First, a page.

47. Martin B, Lachcik P, Story J, Weaver C (2009) Calcium absorption, retention and bone density are enhanced by different fibers in male Sprague Dawley rats. FASEB J, in pressGoogle Scholar
  48. Maziere S, Meflah K, Tavan E, Champ M, Narbonne JF, Cassand P (1998) Effect of resistant starch and/or fat-soluble vitamins A and E on the initiation stage of aberrant crypts in rat colon. Nutr Cancer 31:168–177CrossRefGoogle Scholar
  49. Muir JG, Yeow EG, Keogh J, Pizzey C, Bird AR, Sharpe K, O’Dea K, Macrae FA (2004) Combining wheat bran with resistant starch has more beneficial effects on fecal indexes than does wheat bran alone. Am J Clin Nutr 79:1020–1028Google Scholar
  50. Oku T, Nakamura S (2002) Digestion, absorption, fermentation, and metabolism of functional sugar substitutes and their available energy. Pure Appl Chem 74:1253–1261CrossRefGoogle Scholar
  51. Perrin P, Pierre F, Patry Y, Champ M, Berreur M, Pradal G, Bornet F, Meflah K, Menanteau J (2001) Only fibres promoting a stable butyrate producing colonic ecosystem decrease the rate of aberrant crypt foci in rats. Gut 48:53–61CrossRefGoogle Scholar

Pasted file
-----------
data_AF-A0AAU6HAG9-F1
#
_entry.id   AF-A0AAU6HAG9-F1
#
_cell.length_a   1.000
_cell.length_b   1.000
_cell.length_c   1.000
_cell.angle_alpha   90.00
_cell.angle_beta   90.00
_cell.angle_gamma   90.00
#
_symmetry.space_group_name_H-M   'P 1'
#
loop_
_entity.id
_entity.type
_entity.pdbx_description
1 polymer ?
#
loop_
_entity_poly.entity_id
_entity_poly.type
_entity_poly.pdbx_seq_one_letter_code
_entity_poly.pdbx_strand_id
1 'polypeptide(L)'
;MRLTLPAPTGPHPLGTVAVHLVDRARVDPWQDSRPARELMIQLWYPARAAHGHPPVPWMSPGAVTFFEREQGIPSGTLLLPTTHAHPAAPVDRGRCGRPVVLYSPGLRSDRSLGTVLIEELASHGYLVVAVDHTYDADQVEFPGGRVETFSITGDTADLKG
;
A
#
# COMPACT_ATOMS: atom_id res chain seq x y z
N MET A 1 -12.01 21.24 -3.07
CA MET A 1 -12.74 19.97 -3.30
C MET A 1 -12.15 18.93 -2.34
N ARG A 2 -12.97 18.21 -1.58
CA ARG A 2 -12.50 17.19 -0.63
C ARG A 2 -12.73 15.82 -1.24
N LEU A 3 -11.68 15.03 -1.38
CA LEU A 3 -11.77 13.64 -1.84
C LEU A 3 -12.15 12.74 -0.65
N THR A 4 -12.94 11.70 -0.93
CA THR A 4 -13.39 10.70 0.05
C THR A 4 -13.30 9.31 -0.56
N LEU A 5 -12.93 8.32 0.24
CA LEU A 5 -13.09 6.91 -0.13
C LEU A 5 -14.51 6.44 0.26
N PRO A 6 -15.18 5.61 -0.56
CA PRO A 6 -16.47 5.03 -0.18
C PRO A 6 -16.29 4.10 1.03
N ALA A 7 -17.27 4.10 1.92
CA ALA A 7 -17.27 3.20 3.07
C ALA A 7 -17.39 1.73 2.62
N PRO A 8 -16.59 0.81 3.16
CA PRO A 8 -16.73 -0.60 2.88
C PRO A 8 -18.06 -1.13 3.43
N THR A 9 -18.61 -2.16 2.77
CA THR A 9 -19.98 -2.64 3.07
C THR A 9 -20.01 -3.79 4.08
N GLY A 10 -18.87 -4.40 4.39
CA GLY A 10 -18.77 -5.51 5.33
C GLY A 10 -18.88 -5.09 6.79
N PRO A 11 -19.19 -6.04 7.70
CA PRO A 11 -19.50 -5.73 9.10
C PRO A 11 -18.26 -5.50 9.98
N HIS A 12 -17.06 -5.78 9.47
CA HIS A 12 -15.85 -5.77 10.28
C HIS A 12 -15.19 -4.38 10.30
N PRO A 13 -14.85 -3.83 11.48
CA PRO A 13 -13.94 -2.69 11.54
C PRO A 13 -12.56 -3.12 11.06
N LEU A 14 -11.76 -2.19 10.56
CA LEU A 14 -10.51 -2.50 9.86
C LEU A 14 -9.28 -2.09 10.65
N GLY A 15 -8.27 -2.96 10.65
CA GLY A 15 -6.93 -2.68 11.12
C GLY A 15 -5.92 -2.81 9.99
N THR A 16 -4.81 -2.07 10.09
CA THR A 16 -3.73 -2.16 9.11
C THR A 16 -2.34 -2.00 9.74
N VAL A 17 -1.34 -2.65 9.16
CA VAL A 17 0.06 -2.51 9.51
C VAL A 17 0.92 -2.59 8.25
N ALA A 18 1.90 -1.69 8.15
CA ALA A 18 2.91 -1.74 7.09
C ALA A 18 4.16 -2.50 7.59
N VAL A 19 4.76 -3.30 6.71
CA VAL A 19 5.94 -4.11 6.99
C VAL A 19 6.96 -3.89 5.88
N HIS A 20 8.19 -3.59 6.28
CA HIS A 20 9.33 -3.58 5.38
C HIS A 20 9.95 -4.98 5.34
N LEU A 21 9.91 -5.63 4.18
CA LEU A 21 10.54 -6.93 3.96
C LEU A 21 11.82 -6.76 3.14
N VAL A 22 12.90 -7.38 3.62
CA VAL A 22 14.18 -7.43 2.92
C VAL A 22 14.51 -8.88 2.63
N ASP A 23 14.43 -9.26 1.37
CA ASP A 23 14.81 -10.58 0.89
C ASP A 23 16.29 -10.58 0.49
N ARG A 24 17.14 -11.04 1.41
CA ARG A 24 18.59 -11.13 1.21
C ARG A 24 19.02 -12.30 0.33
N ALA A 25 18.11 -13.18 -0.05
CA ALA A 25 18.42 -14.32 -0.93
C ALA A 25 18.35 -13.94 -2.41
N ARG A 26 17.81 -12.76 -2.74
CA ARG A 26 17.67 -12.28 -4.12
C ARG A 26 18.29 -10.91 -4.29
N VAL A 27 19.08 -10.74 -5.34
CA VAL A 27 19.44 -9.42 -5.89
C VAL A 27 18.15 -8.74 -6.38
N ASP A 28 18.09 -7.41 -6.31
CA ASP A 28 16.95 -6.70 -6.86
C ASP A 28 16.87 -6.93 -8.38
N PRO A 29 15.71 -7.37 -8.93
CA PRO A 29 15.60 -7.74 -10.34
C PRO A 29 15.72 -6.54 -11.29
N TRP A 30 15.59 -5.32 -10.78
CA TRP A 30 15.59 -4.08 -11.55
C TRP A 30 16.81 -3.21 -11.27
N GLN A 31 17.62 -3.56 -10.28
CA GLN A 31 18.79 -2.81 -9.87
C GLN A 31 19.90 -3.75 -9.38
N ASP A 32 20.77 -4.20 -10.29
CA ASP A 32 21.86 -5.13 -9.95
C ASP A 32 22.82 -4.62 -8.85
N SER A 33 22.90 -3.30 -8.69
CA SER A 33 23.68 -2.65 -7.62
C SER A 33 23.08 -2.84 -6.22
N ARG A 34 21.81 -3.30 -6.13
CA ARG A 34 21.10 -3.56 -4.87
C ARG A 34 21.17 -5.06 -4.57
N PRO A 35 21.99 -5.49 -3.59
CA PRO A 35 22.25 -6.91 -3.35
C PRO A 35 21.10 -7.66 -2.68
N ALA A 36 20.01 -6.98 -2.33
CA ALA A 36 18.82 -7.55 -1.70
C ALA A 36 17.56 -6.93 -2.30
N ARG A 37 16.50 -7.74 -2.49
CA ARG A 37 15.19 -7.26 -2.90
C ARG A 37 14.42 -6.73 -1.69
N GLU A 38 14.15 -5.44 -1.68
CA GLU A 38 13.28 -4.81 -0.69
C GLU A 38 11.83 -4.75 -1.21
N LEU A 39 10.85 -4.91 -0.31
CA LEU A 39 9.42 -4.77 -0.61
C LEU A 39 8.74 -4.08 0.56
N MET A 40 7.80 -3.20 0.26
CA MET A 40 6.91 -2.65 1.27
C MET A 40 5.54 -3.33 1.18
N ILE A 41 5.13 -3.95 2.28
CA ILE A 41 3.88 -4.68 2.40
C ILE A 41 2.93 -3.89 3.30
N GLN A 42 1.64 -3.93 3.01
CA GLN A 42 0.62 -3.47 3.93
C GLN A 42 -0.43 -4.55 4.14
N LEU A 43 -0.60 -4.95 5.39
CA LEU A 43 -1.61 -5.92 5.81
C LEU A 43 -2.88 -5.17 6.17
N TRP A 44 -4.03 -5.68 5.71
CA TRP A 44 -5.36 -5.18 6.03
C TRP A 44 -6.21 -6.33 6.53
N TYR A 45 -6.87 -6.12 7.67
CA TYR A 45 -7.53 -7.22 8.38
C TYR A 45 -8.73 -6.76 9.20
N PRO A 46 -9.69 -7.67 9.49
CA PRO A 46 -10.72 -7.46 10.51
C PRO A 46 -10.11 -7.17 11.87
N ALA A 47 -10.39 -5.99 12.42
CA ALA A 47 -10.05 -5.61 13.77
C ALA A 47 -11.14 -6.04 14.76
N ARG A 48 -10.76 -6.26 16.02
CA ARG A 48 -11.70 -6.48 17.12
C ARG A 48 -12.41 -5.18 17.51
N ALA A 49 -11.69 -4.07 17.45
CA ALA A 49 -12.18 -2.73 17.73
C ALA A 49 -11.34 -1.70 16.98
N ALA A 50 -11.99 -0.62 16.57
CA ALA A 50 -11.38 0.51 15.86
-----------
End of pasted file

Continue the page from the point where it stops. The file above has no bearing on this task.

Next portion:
52. Phillips J, Muir JG, Birkett A, Lu ZX, Jones GP, O’Dea K, Young GP (1995) Effect of resistant starch on fecal bulk and fermentation-dependent events in humans. Am J Clin Nutr 62:121–130Google Scholar
  53. Rabbani GH, Teka T, Zaman B, Majid N, Khatun M, Fuchs GJ (2001) Clinical studies in persistent diarrhoea: dietary management with green banana or pectin in Bangladeshi children. Gastroenterology 121:554–560CrossRefGoogle Scholar
  54. Ramakrishna BS, Subramanian V, Mohan V, Sebastian BK, Young GP, Farthing MJ, Binder HJ (2008) A randomized controlled trial of glucose versus amylase resistant starch hypo-osmolar oral rehydration solution for adult acute dehydrating diarrhoea. PLoS ONE 3:e1587CrossRefGoogle Scholar
  55. Ramakrishna BS, Venkataraman S, Srinivasan P, Dash P, Young GP, Binder HJ (2000) Amylase-resistant starch plus oral rehydration solution for cholera. N Engl J Med 342:308–313CrossRefGoogle Scholar
  56. Roberfroid M (2007) Prebiotics: the concept revisited. J Nutr 137:830S–837SGoogle Scholar
  57. Ruemmele FM, Schwartz S, Seidman EG, Dionne S, Levy E, Lentze MJ (2003) Butyrate induced Caco-2 cell apoptosis is mediated via the mitochondrial pathway. Gut 52:94–100CrossRefGoogle Scholar